Monday, August 17, 2009

Second-class citizen mocked as he died

After the recent controversies about dark-skinned Canadians and their treatment by the Harper government, there can be little further doubt that more than one class of citizenship exists in Canada at present. Too often, however, this truth pits the "native-born" against "immigrants," or as some folks on the Right like to call the latter, "citizens of convenience."

But "jus soli"--the "right of the soil"--is insufficient if you are Native rather than, well, "native." Just ask the kids in Attawapiskat, trying to get themselves a school but effectively being given the finger by Indian and Northen Affairs Minister Chuck Strahl, who has let it be known that he simply doesn't care about First Nations people.

This relegation to less than first-class status, however, is not solely a hallmark of the Conservative government in Ottawa, nor, to be fair, of previous Liberal governments. It can be found at every level of governance in the country, and, perhaps more importantly, is widespread amongst the general population of electors. If you are an Aboriginal person in need of social services, you might simply end up dead as a result of racism and indifference.

Check out the story of Curtis Brick. Brick was an Aboriginal man living rough in Vancouver, who had once a self-sufficient labourer until he suffered a head injury. He collapsed in Grandview Park on one of the hottest days of the summer--34°C. He was allowed to lie in the sun in the busy park for seven hours, where he slowly began to die of sunstroke. No one bothered to help him. No one bothered to call for assistance until the late afternoon.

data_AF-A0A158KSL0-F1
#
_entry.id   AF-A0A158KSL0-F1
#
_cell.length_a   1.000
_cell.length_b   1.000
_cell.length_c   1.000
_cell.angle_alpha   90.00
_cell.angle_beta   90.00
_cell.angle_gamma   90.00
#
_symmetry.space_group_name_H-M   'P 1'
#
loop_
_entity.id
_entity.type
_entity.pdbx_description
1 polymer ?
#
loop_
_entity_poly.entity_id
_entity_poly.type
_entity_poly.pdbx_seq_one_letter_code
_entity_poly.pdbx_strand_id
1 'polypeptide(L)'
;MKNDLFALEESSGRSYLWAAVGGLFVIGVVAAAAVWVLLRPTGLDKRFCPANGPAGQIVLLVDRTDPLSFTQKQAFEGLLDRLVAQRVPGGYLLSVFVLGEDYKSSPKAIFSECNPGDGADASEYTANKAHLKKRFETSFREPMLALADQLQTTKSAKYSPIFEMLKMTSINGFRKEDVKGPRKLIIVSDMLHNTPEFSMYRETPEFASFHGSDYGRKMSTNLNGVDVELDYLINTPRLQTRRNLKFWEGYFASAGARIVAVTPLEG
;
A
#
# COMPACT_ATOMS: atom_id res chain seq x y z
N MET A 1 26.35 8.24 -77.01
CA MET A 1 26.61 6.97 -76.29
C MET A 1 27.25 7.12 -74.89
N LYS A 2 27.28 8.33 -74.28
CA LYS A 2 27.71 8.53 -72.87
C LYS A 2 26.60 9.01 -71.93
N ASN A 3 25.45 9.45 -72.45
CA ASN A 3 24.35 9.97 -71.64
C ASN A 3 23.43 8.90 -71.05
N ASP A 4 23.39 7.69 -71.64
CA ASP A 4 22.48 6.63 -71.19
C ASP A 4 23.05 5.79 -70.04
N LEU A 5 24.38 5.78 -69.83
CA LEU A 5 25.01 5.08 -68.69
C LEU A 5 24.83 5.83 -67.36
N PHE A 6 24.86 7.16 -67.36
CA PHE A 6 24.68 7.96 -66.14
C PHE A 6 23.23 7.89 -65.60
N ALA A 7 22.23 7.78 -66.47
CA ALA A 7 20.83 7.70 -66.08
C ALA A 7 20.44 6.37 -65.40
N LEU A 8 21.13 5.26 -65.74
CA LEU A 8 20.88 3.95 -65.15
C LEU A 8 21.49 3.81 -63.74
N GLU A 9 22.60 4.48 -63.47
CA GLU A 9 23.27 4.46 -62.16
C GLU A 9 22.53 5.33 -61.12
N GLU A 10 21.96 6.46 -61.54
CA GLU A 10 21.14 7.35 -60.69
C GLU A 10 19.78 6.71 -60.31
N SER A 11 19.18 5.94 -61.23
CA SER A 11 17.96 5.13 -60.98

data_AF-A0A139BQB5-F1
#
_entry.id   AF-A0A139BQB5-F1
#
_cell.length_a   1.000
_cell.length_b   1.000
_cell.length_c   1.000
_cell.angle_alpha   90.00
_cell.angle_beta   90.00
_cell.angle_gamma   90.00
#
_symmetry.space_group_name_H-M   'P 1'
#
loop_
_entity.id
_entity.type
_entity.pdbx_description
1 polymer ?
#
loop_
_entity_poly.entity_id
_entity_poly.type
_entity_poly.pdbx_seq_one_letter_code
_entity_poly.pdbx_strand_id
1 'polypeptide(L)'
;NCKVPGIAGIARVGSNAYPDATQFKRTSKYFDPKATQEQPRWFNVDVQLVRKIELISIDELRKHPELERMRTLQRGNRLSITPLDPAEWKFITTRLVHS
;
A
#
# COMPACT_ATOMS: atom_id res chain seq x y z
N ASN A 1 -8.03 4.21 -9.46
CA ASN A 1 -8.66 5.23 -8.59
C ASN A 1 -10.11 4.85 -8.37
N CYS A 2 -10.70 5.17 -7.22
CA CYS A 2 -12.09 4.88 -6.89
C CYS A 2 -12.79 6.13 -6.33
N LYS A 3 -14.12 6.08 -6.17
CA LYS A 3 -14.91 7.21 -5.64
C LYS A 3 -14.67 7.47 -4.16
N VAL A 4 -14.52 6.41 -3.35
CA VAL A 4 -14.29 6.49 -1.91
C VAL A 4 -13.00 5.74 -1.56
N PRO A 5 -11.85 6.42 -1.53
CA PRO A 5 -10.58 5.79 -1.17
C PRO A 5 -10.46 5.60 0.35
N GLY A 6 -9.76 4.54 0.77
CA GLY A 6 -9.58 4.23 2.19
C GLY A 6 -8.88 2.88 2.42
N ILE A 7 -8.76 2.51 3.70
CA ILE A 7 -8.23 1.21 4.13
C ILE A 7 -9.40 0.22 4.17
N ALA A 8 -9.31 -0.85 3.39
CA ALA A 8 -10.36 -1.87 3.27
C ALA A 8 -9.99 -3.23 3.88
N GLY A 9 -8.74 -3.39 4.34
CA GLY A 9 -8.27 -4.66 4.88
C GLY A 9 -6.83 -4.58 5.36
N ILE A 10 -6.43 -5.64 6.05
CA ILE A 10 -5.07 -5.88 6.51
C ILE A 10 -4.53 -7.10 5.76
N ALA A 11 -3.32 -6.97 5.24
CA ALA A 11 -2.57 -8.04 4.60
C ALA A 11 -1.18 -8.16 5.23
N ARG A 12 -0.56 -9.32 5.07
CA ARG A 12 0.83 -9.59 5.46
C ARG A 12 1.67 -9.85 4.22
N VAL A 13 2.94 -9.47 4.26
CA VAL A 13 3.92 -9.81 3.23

Finally a bystander*, who had seen him earlier, returned to the park, found the man convulsing, and called an Aboriginal agency, which brought down wet blankets to cool Brick off. But paramedics took their sweet time arriving, and once they did, they began to taunt the dying man.

"That's what you get for drinking Lysol all day," they told him. And then, when a number of Aboriginal children had gathered to observe, the bystander was told to "get his [Brick's] children out of the way." He died in hospital that evening.

Canadian citizenship means very little, we have discovered recently, if you get into trouble abroad and happen to possess the wrong skin colour. But here at home it can mean even less if you're a descendant of the original peoples of this land. When the chips were down, it didn't count at all for Brick.

For the busy throngs in Grandview Park, and the racist medics who arrived too late, he was simply not part of society. Hidden in plain sight, Curtis Brick died profoundly alone in the midst of a crowd of his fellow-citizens for whom he had never existed, even while he lived.

* UPDATE: And this was no random passer-by, as reader Candice informs us, but Canadian Aboriginal actor Eric Schweig.

No comments: